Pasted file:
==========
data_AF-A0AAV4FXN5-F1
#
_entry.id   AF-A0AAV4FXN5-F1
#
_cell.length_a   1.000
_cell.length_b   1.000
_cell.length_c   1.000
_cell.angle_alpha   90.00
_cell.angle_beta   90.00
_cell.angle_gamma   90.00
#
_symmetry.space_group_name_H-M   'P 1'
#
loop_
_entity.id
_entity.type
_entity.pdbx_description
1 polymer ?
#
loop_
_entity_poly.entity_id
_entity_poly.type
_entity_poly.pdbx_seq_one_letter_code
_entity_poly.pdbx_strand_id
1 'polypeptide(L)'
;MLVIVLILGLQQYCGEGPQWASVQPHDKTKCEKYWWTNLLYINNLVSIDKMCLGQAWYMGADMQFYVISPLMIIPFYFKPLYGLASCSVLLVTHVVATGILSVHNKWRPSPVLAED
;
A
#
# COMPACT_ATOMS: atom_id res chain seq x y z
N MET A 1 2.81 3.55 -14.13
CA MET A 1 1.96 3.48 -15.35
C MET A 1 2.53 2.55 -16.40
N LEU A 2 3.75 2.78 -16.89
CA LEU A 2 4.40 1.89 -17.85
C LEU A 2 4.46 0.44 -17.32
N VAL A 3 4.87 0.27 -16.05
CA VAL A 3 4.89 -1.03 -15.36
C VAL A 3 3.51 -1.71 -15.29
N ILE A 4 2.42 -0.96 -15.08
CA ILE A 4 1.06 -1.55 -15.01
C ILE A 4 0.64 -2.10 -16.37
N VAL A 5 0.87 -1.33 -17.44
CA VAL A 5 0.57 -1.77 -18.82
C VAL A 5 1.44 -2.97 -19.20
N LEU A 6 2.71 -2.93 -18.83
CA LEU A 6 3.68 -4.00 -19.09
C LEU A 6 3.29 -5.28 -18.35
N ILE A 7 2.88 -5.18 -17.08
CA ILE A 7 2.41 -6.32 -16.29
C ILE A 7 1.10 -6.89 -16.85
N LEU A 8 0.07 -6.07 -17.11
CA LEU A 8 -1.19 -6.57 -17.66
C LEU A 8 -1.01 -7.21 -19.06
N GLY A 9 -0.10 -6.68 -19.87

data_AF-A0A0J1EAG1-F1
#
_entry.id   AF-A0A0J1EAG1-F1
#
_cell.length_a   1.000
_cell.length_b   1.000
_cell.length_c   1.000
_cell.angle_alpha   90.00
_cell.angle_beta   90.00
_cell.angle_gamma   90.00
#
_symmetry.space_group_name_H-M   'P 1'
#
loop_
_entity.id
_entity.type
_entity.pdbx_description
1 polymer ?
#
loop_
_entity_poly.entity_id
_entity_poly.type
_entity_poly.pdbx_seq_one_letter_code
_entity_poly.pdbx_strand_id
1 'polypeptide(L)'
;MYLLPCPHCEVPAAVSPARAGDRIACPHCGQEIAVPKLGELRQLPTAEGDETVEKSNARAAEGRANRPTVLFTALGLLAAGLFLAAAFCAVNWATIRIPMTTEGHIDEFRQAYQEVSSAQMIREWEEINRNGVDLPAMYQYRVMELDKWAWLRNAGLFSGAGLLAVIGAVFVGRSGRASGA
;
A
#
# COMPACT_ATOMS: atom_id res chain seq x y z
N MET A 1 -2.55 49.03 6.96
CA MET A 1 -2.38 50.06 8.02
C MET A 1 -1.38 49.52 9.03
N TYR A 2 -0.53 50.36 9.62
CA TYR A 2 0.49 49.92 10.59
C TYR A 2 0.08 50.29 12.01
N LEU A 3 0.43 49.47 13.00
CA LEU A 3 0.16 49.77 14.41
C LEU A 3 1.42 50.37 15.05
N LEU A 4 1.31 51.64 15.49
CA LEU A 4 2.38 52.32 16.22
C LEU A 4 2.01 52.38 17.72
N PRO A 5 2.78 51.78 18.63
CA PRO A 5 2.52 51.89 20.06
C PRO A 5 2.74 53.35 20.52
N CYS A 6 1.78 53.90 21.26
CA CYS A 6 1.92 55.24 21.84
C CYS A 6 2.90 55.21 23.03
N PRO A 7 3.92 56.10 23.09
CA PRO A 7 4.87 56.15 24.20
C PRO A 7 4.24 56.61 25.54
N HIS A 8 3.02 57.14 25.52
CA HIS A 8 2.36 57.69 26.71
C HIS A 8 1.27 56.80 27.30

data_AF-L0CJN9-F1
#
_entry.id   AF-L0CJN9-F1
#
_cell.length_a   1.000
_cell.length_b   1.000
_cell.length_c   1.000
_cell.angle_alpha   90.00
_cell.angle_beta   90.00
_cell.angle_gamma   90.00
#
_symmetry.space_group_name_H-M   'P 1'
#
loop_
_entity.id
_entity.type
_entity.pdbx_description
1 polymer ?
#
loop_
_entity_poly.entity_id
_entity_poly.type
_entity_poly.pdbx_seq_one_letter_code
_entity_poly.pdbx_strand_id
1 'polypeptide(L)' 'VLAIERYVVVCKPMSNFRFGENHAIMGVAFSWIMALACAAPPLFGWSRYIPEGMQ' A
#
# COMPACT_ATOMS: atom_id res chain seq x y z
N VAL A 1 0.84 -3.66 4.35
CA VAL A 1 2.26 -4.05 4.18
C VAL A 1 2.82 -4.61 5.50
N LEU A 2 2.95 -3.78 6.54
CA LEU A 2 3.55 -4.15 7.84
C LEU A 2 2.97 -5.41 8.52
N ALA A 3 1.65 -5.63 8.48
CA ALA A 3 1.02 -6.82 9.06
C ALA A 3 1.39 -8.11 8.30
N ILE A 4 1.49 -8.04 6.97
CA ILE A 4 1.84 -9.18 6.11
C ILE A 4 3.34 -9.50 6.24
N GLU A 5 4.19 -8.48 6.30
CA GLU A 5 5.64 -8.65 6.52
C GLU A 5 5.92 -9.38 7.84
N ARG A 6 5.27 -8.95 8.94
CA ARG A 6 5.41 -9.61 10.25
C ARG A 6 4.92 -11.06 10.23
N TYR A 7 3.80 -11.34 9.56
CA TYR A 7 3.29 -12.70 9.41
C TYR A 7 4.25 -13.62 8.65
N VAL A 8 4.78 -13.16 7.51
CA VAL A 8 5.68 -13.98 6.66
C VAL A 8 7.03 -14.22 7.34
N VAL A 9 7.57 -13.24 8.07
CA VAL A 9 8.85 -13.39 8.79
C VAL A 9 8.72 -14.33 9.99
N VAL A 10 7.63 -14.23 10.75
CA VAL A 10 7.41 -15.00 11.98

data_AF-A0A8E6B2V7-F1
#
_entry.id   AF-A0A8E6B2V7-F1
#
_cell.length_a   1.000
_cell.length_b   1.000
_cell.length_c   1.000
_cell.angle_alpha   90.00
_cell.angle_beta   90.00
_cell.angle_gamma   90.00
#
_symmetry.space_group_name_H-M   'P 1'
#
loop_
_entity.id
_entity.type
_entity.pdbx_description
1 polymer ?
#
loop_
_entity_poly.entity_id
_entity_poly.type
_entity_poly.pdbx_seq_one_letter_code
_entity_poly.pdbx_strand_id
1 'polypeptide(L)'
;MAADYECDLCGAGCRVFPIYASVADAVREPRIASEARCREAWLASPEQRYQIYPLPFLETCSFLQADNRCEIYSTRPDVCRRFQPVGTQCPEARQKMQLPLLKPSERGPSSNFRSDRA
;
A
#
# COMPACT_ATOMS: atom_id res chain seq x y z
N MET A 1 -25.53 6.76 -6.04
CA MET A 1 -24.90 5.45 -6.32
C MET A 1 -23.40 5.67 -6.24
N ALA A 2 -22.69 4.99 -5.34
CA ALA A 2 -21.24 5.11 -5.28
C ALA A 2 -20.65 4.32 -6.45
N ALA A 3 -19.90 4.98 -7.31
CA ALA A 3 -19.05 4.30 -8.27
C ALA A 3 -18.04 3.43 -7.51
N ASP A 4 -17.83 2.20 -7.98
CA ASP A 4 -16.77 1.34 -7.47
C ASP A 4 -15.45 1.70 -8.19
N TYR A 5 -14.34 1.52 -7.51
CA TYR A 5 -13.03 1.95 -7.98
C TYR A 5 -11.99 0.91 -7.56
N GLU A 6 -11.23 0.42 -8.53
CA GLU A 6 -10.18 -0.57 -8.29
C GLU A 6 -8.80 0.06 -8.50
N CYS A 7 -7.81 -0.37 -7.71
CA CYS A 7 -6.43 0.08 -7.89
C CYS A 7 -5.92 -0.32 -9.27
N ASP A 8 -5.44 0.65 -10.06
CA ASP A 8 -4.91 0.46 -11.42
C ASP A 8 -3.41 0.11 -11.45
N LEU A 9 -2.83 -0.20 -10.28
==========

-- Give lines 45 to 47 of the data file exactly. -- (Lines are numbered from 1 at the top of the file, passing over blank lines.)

C VAL A 5 1.44 -2.97 -19.20
N LEU A 6 2.71 -2.93 -18.83
CA LEU A 6 3.68 -4.00 -19.09